¶6 As a matter of principle, there would seem to be no material distinction between medical treatment required because of the tortious act, and transportation required to reach an institution where medical treatment is available. The use of an ambulance, like the use of a surgeon's scalpel, is necessitated by the tortfeasor's wrong, and either may be used negligently. Although this is a novel question in Oklahoma, it was determined under similar fact situations in State v. Weinstein, 398 S.W.2d 41, 44 (Mo. App. 1965) and in Pridham v. Cash & Carry Building Center, Inc., 116 N.H. 292, 359 A.2d 193, 198 (1976) that any negligence connected with the treatment of an injury necessitated by the act of the original wrongdoer should be regarded as the proximate result of the original wrong, whether it would be due to the physician's negligence or the negligence of an ambulance driver conveying the injured party to the hospital for treatment. In Weinstein, the rule holding the original tortfeasor liable for the negligence of a physician who treats the injured party was extended to injuries sustained by one injured while being conveyed to a place where medical service could be obtained.

¶7 We, therefore hold that the reasonable foreseeability rule requires that the original tortfeasor be held liable for subsequent injuries which were involved as the result of the second accident. Liability is imposed against the original tortfeasor for efforts of third persons in rendering aid which resulted in additional injury to the victim. The risk which must be borne by an original tortfeasor includes not only medical treatment, but also transportation to a place where treatment may be obtained. The first tortfeasor is in no position to avoid liability for an aggravation sustained by the injured in taking one of the steps necessary to obtain further treatment.


¶8 Causation traditionally lies within the realm of fact, not law.



¶11 IRWIN, V.C.J., and OPALA, J., concur in result.


1 The general rule of law relative to additional harm resulting from efforts to mitigate harm caused by negligence is found in the Second Restatement of Torts, Ch. 16, § 457 , p. 496. It provides:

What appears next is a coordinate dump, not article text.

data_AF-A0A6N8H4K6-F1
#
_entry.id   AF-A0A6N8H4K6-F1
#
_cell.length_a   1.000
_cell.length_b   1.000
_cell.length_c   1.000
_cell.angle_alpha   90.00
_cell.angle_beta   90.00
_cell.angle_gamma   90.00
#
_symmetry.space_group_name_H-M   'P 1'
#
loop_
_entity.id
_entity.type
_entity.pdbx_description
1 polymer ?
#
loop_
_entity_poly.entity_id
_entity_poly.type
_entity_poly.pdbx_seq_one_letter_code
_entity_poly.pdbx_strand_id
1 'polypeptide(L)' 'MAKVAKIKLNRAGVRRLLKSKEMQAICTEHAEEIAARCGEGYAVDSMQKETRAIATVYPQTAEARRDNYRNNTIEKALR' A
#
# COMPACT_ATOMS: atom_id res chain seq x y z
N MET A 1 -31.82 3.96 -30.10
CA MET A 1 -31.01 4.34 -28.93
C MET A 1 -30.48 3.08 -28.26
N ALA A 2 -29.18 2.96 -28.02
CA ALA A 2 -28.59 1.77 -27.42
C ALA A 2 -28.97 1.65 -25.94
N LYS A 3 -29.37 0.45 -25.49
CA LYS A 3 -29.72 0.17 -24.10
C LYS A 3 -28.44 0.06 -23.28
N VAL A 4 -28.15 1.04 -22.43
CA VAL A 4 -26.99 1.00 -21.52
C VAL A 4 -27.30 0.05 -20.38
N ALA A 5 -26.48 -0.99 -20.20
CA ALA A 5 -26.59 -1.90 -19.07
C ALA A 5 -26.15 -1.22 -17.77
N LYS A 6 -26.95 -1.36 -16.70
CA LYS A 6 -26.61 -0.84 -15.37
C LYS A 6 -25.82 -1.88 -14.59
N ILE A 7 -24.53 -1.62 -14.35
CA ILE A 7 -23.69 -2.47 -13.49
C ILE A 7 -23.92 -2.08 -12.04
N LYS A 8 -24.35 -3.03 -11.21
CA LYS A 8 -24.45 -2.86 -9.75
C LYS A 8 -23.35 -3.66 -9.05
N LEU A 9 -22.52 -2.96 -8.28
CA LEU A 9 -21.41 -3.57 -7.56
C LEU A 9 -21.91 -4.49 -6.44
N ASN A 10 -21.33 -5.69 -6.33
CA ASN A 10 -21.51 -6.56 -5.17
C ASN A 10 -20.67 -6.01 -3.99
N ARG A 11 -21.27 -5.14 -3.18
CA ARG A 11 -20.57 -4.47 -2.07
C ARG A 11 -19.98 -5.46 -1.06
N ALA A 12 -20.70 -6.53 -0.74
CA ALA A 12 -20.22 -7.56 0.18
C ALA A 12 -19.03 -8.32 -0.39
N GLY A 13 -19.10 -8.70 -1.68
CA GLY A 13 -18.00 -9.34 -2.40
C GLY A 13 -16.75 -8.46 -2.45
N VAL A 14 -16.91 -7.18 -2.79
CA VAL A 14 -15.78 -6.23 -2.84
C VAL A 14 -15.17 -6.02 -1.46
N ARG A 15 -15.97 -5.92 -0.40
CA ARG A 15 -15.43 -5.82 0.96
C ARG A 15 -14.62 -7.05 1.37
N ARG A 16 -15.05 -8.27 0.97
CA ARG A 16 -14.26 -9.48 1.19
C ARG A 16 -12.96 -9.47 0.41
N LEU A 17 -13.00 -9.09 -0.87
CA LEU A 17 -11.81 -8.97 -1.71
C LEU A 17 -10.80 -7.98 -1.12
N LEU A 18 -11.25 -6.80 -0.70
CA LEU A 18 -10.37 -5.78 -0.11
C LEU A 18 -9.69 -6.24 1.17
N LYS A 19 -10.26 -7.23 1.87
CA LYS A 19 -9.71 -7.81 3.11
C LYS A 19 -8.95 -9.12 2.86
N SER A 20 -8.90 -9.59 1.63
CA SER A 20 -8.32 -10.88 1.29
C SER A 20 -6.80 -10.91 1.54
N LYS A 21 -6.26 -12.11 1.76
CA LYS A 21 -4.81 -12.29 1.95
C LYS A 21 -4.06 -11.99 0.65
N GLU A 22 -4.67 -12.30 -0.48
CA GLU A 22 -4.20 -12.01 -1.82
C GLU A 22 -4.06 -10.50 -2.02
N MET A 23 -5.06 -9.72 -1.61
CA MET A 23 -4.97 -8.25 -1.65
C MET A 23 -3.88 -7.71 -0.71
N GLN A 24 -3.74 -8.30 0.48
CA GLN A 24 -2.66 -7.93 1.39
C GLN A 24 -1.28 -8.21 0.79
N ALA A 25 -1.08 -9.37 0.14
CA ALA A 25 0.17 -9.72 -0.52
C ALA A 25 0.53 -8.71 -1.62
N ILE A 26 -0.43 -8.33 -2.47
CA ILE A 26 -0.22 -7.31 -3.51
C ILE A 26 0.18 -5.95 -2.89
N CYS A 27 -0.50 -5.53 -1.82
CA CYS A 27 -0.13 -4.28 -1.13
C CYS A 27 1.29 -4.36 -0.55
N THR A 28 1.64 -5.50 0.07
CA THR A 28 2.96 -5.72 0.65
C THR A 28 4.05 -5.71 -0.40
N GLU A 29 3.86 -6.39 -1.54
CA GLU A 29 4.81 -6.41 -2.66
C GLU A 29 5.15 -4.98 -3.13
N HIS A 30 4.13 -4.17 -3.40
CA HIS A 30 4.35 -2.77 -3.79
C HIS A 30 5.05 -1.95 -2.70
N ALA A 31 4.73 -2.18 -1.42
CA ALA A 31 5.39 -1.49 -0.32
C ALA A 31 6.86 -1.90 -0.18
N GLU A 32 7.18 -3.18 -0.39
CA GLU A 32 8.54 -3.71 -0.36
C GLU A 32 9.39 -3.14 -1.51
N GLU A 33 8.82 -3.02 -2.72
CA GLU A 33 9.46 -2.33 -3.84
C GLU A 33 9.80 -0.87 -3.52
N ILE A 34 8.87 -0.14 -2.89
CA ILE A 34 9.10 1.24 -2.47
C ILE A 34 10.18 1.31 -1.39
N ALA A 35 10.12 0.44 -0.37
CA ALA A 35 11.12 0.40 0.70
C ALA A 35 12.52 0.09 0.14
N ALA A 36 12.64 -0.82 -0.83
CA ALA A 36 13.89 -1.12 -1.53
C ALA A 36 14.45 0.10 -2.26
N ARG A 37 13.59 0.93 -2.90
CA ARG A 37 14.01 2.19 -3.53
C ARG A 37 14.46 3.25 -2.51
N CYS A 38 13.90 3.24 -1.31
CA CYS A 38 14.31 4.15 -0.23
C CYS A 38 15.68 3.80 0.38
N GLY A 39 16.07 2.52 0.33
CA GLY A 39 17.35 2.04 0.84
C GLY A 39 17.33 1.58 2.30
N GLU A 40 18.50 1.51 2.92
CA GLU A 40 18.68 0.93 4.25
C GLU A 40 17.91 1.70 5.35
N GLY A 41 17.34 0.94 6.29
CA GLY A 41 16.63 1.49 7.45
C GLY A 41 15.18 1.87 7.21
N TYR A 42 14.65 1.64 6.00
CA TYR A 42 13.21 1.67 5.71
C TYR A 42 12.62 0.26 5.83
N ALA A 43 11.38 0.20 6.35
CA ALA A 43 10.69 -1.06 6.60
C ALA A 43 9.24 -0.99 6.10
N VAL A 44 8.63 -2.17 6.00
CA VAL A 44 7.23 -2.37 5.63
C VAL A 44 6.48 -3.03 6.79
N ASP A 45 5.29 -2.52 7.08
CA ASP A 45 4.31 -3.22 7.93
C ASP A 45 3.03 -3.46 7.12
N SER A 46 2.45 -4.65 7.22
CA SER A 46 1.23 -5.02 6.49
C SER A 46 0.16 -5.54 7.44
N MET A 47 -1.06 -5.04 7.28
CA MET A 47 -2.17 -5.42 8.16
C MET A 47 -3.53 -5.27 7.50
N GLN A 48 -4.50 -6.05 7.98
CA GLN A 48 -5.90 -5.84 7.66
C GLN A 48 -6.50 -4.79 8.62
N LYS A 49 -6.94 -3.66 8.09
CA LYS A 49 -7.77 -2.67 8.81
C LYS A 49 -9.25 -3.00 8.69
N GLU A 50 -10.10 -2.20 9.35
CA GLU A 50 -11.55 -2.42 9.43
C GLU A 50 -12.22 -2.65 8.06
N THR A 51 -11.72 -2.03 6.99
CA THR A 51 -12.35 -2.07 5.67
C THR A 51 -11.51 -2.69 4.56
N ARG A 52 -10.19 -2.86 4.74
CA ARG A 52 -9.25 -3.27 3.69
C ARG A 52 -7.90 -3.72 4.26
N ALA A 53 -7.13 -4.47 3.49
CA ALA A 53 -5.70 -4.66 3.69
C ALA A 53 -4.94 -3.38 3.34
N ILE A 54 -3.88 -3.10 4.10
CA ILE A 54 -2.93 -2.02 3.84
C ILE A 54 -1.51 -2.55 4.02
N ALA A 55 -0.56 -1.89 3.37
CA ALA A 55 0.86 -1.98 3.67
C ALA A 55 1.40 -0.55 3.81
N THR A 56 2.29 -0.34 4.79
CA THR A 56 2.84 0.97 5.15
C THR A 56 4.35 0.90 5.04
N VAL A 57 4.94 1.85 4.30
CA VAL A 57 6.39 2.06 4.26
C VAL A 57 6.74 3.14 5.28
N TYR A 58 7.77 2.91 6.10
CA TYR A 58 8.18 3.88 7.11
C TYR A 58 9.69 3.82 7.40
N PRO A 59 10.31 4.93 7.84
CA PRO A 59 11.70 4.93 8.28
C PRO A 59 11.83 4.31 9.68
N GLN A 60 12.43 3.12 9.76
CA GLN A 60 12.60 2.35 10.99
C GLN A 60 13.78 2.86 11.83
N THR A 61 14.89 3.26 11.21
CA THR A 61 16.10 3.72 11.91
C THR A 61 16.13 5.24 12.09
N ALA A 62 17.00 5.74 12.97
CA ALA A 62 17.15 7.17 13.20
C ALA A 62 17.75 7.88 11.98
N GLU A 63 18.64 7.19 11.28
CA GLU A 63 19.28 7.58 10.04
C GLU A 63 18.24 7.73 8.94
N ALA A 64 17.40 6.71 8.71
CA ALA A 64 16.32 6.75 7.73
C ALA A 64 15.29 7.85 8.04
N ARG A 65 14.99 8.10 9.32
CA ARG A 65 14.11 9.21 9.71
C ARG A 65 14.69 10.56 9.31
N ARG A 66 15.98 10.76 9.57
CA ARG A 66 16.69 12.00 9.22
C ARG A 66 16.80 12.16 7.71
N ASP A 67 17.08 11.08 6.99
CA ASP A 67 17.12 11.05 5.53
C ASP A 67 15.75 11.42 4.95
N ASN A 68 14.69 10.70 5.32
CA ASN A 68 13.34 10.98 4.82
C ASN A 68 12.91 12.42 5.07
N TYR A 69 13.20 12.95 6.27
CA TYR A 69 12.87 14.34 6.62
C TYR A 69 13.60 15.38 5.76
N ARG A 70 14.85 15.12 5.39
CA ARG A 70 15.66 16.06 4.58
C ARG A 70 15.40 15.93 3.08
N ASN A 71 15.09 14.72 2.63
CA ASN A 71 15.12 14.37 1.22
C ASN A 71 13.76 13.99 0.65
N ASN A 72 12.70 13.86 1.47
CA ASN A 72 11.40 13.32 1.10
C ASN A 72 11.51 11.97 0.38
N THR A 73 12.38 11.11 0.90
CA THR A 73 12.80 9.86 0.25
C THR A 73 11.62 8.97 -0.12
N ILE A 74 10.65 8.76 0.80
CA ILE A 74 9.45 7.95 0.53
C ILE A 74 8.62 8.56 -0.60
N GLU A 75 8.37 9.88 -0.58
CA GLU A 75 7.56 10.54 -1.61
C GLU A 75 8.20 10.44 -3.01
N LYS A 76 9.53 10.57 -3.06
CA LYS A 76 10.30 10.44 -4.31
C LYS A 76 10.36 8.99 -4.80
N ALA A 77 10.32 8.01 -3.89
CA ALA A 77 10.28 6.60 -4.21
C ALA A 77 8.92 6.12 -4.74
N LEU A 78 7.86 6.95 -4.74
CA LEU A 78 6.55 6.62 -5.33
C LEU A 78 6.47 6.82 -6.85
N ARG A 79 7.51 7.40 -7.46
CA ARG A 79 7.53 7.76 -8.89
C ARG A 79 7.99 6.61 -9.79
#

"If a negligent actor is liable for another's bodily injury, he is also subject to liability for an additional bodily harm resulting from normal efforts of third persons in rendering aid which the other injury reasonably requires, irrespective of whether such acts are done in a proper or negligent manner."

2 Oklahoma Natural Gas Co. v. Courtney, 182 Okl. 582, 79 P.2d 235 (1938).

3 See Thur v. Dunkley, 474 P.2d 403 (Okl. 1970); Woodward v. Kinchen, 446 P.2d 375 (Okl. 1968); and Pepsi Cola Bottling Co. v. Von Brady, 386 P.2d 993 (Okl. 1964). The Court held in all these cases that an illegally parked vehicle is merely a condition, and not the cause of plaintiff's injuries. However, the parked car cases involve a defendant whose conduct operating alone would not have resulted in harm to anyone except for the negligence of another party. The conduct of the defendant in the parked car cases did not amount to a completed tort since the parking of the car in itself did not result in injury. These cases are clearly distinguishable from the facts in this case because the conduct has already resulted in an injury and a completed tort exists.

4 Annot., Proximate Cause Liability of Tortfeasor for Injured Person's Subsequent Injury or Reinjury, 31 A.L.R.3d 1000 (1970).

5 Smith v. Missouri, K. & T. Ry. Co., 76 Okl. 303, 185 P. 70 (1919).

6 Elliott v. Kansas City, 174 Mo. 554, 74 S.W. 617 (1903).

7 Annot., "Civil Liability of One Causing Personal Injury for Consequence of Negligence, Mistake, or Lack of Skill of Physician or Surgeon Present," 100 A.L.R.2d 808 (1955).

8 Pryor v. Lee C. Moore Corp., 262 F.2d 673 (10th Cir. 1959), cert. denied 360 U.S. 902, 79 S. Ct. 1284, 3 L. Ed. 2d 1254 (1959).

9 Smith v. Davis, 430 P.2d 799 (Okl. 1967).

10 See England v. Kilcrease, 456 P.2d 521 (Okl. 1969); Continental Oil Co. v. Ryan, 392 P.2d 492 (Okl. 1963).

11 See Sturm v. Green, 398 P.2d 799 (Okl. 1965). See also Restatement of Torts, Ch. 16 § 453, p. 1208 (1934).